The Friday affair, which was at the Beverly Wilshire Hotel and presented by Lifetime, recognized the philanthropy of Chopra for her work with UNICEF, Spencer for City Year, Pfeiffer for the Environmental Working Group, Clarkson for her work with the XQ Institute and Jenkins for the Anti-Recidivism Coalition. Additional awards were given to Salesforce Chairman and Chief Executive Marc Benioff and Sato Project founder and President Chrissy Beckles.
Michelle Pfeiffer, who was representing Environmental Working Group, spoke about her history with the company that she compared to a “wilderness guide to the deep, dark forest of toxic chemicals,” noting her interest in the environment came early on, when she was reading labels on common home and kids’ products like sunscreen and toothpaste and realized how unsafe they could be.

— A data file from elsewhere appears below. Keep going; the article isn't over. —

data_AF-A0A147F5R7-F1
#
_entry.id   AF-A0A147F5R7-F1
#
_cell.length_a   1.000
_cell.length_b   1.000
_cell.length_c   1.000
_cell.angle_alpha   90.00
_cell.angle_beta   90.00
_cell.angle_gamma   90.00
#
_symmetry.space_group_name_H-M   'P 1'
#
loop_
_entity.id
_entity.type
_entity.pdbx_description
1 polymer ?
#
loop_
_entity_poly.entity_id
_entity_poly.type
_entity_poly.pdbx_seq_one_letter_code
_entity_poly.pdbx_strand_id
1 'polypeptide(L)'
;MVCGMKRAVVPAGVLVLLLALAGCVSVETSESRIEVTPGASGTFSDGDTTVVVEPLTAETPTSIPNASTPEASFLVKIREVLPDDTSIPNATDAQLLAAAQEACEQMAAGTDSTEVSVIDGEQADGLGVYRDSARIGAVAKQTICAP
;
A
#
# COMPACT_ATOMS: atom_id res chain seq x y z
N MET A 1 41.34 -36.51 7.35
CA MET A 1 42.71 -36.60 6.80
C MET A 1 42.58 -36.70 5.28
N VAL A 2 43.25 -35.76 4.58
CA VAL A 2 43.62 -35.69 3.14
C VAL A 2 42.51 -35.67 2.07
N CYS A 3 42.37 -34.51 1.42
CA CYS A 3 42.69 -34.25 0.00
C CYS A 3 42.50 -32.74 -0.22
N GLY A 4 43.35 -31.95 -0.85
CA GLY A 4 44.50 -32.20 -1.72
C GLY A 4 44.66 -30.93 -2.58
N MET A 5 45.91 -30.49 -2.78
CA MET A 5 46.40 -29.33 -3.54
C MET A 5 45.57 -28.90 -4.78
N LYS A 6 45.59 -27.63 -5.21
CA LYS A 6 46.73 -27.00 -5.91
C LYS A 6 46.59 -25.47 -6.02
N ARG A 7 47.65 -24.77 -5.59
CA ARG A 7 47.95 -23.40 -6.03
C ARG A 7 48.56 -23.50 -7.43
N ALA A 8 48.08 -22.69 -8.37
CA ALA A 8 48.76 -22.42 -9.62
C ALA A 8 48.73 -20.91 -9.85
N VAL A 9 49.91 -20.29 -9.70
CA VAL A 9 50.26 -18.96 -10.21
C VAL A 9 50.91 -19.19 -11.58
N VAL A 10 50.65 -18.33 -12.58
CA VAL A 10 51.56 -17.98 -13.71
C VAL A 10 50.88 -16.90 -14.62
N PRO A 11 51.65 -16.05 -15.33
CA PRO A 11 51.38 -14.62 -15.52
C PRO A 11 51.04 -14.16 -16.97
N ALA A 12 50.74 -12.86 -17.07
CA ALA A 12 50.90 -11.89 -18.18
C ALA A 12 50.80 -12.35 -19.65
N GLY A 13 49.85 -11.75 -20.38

Other honorees included Priyanka Chopra (for her work with UNICEF), Kelly Clarkson (for her work with XQ Institute), Wonder Woman director Patty Jenkins (Anti-Recidivism Coalition),Michelle Pfeiffer (Environmental Working Group), Octavia Spencer (City Year) and Marc Benioff (Variety 2017 EmPOWerment Award).
The Environmental Working Group called out several harmful products by name in its 2012 Hall of Shame report. The organization also lists more information about products it recommends.
If you're pregnant or thinking about it, you'll want to take a good look at your beauty routine, too. "We should avoid risky ingredients at all stages of our lives," said Paul Pestano, a senior database analyst for the Environmental Working Group, an organization that researches and educates consumers about toxins in personal care products.